Grappling with Time

We were conscious after the first run of our “Hadrian’s Wall: Life on the Roman Frontier” that many learners had struggled with time. The course covered a 400 year timespan and the thematic nature of the some elements of the course meant that we didn’t always move from 0- 400 in a linear way.

So, for subsequent runs we started to have a look at timeline tools, our favourites were TimeLineJS and Tiki-Toki.

The attraction of TimeLine JS was that it was FREE, and that we could drive it from a Google Spreadsheet.  We wanted to use timelines in two ways, to provide a course overview at the beginning, and to show the ridiculously fast turnover of emperors in the 3rd and 4th centuries.

TImelineJS was easy to set up, but we found that the number of items we wanted to plot meant that it was just a bit too confusing.  The tool would have worked well if we had wanted to give a lot of detail (and had a picture for each item), but for us the space usage on the screen didn’t work so well. There’s a screenshot of our quick test below (you can also see the actual timeline and the google sheet we used to create it).

timelineJS Screenshot

For our purposes Tiki-Toki gave a better learner experience.  We liked a number of things – there were a number of views (we could set a default), it was searchable, and we could categorise our emperors and the more adventurous learners could filter it by these categories.


Here’s a link to the 3rd Century Emperors timeline we published on the course. Our only disappointment was that while it was possible to export the entries as CSV we couldn’t import the data that we (Rob) had so carefully collated.  (That gave an excuse to experiment with AutoIT keyboard macros, but that’s another story).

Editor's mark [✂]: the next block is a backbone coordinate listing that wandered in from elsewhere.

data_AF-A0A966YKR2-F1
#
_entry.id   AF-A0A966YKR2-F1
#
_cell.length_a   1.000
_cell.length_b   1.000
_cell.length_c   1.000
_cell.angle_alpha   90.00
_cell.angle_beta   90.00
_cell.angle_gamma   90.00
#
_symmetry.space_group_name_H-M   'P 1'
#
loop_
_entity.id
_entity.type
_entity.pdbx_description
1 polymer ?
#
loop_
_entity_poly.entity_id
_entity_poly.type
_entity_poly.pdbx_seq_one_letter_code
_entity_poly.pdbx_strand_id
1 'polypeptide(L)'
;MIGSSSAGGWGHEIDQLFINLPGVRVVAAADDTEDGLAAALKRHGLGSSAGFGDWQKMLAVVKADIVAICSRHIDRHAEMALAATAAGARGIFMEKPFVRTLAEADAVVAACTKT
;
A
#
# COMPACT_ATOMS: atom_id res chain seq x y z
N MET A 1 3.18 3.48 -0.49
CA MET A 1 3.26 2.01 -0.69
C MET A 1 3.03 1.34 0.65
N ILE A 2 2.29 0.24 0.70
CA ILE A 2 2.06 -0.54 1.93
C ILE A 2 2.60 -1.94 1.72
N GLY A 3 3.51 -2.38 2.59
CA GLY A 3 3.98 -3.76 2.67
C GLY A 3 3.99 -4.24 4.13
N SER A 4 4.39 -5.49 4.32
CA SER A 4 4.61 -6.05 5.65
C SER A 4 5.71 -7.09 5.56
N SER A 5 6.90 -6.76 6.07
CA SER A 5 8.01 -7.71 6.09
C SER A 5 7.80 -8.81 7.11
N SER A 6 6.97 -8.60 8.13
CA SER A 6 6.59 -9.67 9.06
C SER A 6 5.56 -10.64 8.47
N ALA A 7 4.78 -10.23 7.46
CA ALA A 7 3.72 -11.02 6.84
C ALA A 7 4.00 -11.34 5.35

We can’t prove that the timelines themselves improved the overall learner experience as too many things changed.  Notably, we placed “Timeline: Life on the Northern Frontier”  in a dedicated “step” rather than tagging the time information at the end of a video. So this brought time right to the fore.  We know from the analytics that learners spend time on this new step, and we used to track links to the interactive timeline, so we know it was viewed.

Learner comments implied that while some liked the interactive timelines, many of them were  even more happy with the printable pdfs we provided as downloadable reference links.

It took a few days create the interactive timelines. Was it worth it?  My view is yes; but yet again I’m struck that the accessible pdf can be just as valuable a resource as the whizzy clicky shiny thing – I’d see them as complementary.  The most important learning point though, is if the content/concept is important, give it the space.